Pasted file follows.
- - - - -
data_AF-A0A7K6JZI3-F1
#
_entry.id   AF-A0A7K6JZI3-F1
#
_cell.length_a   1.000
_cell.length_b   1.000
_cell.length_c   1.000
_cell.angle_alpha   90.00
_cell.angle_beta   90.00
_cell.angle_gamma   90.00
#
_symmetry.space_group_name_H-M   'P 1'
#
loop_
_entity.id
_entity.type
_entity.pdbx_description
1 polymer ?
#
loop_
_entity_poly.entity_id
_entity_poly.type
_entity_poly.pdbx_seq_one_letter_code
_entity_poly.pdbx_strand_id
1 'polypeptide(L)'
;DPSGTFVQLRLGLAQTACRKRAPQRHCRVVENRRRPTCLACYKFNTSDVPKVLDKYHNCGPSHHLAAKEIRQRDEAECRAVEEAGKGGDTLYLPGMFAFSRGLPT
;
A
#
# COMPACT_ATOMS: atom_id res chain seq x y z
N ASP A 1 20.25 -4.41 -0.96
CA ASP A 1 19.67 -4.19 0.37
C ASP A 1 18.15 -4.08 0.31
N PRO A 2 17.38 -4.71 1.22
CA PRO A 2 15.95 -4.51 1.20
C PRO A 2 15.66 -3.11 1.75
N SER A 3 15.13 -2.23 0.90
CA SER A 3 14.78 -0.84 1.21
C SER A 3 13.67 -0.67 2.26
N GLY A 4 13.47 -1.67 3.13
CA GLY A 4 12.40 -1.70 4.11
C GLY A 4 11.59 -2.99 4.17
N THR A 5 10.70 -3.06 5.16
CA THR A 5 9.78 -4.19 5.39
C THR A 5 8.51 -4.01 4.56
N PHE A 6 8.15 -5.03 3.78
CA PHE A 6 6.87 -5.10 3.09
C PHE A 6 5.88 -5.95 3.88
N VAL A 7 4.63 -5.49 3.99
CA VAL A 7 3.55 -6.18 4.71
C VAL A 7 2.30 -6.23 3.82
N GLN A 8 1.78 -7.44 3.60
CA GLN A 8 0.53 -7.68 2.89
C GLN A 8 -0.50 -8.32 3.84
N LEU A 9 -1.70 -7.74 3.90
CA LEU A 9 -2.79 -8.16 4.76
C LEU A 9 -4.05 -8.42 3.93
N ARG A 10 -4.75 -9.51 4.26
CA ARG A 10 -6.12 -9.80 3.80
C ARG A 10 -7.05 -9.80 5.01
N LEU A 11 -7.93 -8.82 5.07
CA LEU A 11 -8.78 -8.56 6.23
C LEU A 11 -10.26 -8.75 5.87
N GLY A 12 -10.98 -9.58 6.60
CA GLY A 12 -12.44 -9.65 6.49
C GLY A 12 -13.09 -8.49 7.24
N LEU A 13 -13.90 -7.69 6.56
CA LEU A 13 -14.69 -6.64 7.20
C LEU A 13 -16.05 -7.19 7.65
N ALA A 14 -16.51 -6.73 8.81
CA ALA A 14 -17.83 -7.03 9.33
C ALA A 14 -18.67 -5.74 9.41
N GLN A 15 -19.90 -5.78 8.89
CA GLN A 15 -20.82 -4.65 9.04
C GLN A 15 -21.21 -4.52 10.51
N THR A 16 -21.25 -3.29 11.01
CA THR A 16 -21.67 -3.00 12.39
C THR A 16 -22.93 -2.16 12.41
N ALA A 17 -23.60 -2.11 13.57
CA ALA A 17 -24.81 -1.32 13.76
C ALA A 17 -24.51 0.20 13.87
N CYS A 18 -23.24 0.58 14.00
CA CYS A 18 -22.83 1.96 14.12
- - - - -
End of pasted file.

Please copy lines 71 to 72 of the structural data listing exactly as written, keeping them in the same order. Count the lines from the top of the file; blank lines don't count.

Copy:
CA ALA A 14 -17.83 -7.03 9.33
C ALA A 14 -18.67 -5.74 9.41